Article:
Naval Infantry - Great Patriotic War
In Russia, marine infantry appeared in 1705, when during the Northern War of 1700-1721, an armed struggle unfolded in the coastal and insular regions. The units and units of the Marine Corps were repeatedly disbanded and recreated. Newly created in 1939, units and units of the Marine Corps during the Great Patriotic War were widely used in amphibious operations and the defense of fleet bases. In the postwar years, they were disbanded and appeared in the Navy in the early 1960s. While carrying out combat service on warships and vessels providing the Russian Navy, in particular in the Gulf of Aden, the marine infantry showed high combat readiness and efficiency. Marine infantry is a part of the armed forces of many countries.
Throughout its three-century history, the Russian Marine Corps has become an indispensable participant in many small and large wars in defense of the interests of the Fatherland. The main of them: Russian-Turkish war (1806-1812); Patriotic War of 1812; defense of Sevastopol (1854 - 1855); Defense of Port Arthur during the Russo-Japanese War (1904 - 1905). A severe test for the Marine Corps was the Great Patriotic War (1941 - 1945).
The first regular formations of the Soviet Marine Corps were created already in 1918 as part of the Volga Military Flotilla. They landed in landings on enemy occupied coasts and provided for the crossing of troops. In 1920 on the Sea of Azov for sea assault and anti-landing defense of the sea coast, the first marines formation was formed - the 1st Marine Expeditionary Division.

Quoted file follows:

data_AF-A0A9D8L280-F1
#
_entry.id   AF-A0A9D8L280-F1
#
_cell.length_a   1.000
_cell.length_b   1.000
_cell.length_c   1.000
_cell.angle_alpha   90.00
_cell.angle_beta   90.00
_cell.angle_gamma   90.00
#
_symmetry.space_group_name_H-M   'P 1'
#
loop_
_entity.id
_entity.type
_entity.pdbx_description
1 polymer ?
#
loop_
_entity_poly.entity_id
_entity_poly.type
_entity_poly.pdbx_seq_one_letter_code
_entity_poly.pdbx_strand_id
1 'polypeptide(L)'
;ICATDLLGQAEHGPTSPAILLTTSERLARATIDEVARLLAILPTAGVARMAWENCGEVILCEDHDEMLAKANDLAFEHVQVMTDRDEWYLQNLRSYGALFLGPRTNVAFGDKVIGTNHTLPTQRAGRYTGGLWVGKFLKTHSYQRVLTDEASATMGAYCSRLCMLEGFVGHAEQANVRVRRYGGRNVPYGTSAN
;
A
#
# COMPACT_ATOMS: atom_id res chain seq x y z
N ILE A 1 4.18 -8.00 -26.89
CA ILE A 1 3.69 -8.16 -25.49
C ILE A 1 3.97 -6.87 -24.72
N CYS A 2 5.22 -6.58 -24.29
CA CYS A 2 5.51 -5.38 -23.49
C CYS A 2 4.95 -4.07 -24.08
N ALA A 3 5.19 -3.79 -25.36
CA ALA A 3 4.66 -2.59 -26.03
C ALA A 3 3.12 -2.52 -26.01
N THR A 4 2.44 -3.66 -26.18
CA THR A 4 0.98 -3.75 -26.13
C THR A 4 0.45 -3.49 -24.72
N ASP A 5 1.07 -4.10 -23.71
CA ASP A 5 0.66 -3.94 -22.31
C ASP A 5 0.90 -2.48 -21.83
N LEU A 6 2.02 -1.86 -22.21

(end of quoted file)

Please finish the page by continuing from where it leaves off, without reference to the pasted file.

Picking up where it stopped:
During the Civil War, 1918-1922, up to 75,000 sailors were on the fronts, decommissioned from ships. Of these, separate detachments, battalions and regiments were formed, but they did not receive the official status of the Marine Corps as a special kind of troops and were disbanded after the war.
In the 1930s the Soviets developed amphibious doctrine building on their experiences in Great War and the subsequent Civil War and organized naval infantry units up to brigade size. With the start of the Great Patriotic War, the marines were involved in the most difficult sectors of the front. From the first days of the Great Patriotic War, the main naval bases of the Navy in the Baltic, Black Sea fleets and the Arctic turned out to be threatened by the fascists seizing them from the land. The troops of the Red Army in the coastal areas were sorely lacking. The fronts under the blows of Hitler's air-armored armada retreated to the east.
By the beginning of the Great Patriotic War, the Navy of the USSR had only one marine brigade in the Baltic Fleet, but with the outbreak of the war the formation and training of detachments, battalions and brigades began. Only in 1941 there were again formed dozens of naval infantry brigades and units of marines. Hundreds of thousands of sailors - sailors, cadets, foremen, officers left ships and fleet units for various sectors of land fronts. During the war, the number of marines who took part in the battles was about 100,000 people. The military situation required the sending of a large number of marines to land fronts.